The new car market crashed by 18% in January compared to the same month last year and retails sales were the lowest they had been since August of last year – but there are expectations the market will pick up despite the monstrous hike in fuel prices about to kick in.
The National Association of Automobile Manufacturers of SA (Naamsa) said the gradual monthly recovery in the domestic new vehicle sales volumes continued during the month but the decline, compared with the pre-COVID-19 first month of 2020, was in line with industry expectations.
Aggregate domestic sales at 34 784 units reflected a decline of 5 629 units, or 13,9%, from the 40 413 vehicles sold in January last year. Export sales recorded a second consecutive month of solid growth in January 2021 and at 22 771 units reflected an increase of 6 468 units, or 39,7%, compared to the 16 303 vehicles exported in January 2020.
Overall, out of the total reported industry sales of 34 784 vehicles, an estimated 28 716 units, or 82,6%, represented dealer sales, an estimated 11,4% represented sales to the vehicle rental industry, 3,5% sales to government and 2,5% to industry corporate fleets.
The January 2021 new passenger car market at 23 853 units had registered a decline of 5 220 cars, or a fall of 18,0%, compared to the 29 073 new cars sold in January last year. The car rental industry accounted for a sound 16,1% of car sales in January 2021.
“The burden of the pandemic, continued economic pressure and the resultant low levels of business and consumer confidence expectedly took their toll on new vehicle sales during January. But there was reason for light amidst that gloom, as the market continued to show signs of its slow recovery towards the hope of a better 2021,” says Lebogang Gaoaketse, Head of Marketing and Communication at WesBank Vehicle and Asset Finance.
“January sales were in line with expectations considering the country started the sales year in a return to Level 3 lockdown,” “We expect new car sales to remain under pressure this year as a result of subdued demand from both retail and corporate sectors, as well as Government. However, the used car market will remain buoyant as consumers continue to seek to lower their vehicle-related expenses.”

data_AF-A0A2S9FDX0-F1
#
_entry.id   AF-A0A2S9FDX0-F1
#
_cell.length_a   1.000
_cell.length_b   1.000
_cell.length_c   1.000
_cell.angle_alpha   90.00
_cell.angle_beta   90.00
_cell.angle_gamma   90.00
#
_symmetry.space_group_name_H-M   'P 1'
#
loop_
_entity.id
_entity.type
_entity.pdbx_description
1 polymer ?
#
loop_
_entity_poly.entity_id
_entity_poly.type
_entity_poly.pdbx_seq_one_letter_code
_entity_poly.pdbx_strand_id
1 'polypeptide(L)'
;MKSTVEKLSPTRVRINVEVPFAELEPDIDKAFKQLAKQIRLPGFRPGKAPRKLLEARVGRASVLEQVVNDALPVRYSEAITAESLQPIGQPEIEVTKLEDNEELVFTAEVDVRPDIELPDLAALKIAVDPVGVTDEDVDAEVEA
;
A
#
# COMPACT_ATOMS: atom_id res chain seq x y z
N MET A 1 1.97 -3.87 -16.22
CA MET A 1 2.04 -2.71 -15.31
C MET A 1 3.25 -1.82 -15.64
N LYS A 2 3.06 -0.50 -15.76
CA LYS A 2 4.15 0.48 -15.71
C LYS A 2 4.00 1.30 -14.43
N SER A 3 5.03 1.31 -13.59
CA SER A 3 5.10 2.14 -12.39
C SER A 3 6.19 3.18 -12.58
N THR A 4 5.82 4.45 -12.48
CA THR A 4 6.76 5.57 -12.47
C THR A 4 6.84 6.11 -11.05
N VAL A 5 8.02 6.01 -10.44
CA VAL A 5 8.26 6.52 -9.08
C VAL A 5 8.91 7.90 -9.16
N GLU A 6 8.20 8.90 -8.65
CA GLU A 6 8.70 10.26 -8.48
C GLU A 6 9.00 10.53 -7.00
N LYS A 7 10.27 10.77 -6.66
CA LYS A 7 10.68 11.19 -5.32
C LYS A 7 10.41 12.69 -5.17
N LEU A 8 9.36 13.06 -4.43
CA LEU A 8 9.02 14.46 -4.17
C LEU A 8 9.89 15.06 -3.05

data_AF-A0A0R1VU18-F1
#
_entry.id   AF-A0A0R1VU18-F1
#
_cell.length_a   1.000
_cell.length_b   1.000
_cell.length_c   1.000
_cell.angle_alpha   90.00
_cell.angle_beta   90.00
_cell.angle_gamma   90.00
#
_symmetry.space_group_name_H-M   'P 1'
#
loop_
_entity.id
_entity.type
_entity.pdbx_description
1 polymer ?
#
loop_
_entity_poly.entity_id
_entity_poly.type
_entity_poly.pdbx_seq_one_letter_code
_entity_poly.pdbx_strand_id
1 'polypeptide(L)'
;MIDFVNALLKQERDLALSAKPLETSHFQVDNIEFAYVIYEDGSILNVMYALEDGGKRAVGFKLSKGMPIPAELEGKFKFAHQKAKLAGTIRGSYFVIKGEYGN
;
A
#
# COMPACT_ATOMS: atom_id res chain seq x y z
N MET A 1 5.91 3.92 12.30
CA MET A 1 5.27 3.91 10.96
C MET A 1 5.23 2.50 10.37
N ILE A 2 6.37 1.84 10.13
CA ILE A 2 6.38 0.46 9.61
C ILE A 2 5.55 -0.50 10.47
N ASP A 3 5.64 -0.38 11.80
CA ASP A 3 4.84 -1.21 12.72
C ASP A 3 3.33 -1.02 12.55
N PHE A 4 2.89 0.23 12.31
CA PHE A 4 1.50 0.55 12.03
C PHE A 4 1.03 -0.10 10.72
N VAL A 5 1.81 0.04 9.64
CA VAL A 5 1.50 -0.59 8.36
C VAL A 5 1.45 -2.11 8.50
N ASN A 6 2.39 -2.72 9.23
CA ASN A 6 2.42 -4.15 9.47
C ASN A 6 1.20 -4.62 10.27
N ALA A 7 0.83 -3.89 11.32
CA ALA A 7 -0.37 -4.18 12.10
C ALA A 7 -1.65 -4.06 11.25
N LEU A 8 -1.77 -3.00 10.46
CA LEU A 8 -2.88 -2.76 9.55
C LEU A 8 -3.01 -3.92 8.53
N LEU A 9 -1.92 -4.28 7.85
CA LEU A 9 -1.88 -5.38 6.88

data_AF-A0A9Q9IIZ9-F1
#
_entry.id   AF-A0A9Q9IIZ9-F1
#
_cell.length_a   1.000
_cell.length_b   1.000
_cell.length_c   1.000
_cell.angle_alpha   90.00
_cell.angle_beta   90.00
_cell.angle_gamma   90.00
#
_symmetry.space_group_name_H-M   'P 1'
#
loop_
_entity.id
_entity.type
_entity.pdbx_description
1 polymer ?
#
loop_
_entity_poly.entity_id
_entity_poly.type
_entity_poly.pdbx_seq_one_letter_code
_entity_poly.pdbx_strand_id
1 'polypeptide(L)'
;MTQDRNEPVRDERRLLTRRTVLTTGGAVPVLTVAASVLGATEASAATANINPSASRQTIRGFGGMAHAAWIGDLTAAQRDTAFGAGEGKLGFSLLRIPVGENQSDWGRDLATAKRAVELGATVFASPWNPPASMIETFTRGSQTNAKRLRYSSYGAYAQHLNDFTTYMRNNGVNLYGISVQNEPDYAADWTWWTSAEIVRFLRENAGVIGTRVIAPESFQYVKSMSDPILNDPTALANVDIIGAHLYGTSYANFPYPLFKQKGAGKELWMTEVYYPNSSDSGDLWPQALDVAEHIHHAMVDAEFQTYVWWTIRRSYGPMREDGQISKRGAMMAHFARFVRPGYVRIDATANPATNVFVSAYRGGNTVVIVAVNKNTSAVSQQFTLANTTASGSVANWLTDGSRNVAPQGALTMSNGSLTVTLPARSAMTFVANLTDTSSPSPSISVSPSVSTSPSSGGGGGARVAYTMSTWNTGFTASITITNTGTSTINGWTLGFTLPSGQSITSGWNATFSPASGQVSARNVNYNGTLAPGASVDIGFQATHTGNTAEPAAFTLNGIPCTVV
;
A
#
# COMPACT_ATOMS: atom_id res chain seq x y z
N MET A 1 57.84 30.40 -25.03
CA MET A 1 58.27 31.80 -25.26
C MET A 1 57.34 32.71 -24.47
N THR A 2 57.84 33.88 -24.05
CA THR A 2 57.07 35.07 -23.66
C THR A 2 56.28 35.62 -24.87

It remains sobering 2020 recorded the worst industry performance in 18 years.
“Considering 2020 sales were 29,1% down on 2019, the performance of the new vehicle market in the last quarter and in January this year remains reassuring,” says Gaoaketse.
“It is also interesting to contextualise the broader economic environment over the last five years, the impact of which has merely been accelerated by the pandemic. The 2020 market is 38,4% lower than the 2015 volume of over 600 000 vehicles, indicating the sheer pressure of the past five years of recession. Then consider the purely organic fall-off in sales during 2016 was 11,4% lower than 2015 – almost half the decline in sales last year due to the pandemic – and perhaps the motor industry is actually fairing quite well considering the circumstances.
“Interest rates should remain at their low levels for some time in an attempt to stimulate market growth, but there will be little to no room for further cuts. This continues to provide a good opportunity for those consumers considering a new vehicle.”
A drop of 18% in the new car market in January, compared to January 2020, is a clear indication that the economic squeeze is on for vehicle buyers in South Africa, according to, which is the professional body representing more than 1 300 motor dealerships, and includes 85% of the new vehicle franchised outlets.
“The light commercial vehicle market was only 4,9% lower month-on-month, with medium truck sales unchanged and sales of heavy trucks and buses up by 6,6%, indicating that there are still vehicles needed by businesses, but car buying consumers are delaying new passenger car purchases,” says Mark Dommisse, the Chairperson of the National Automobile Dealers’ Association.
“The market in January was soft, with a shortage of supply of certain models across the brands. However, we believe that the restaurant, beach and alcohol bans have influenced the need for driving for several months now, which means the purchase decision is being delayed by many ordinary motorists.
“February is likely to be little better than January as consumers remain reticent to commit to the purchase of big capital assets such as cars,” concluded Dommisse.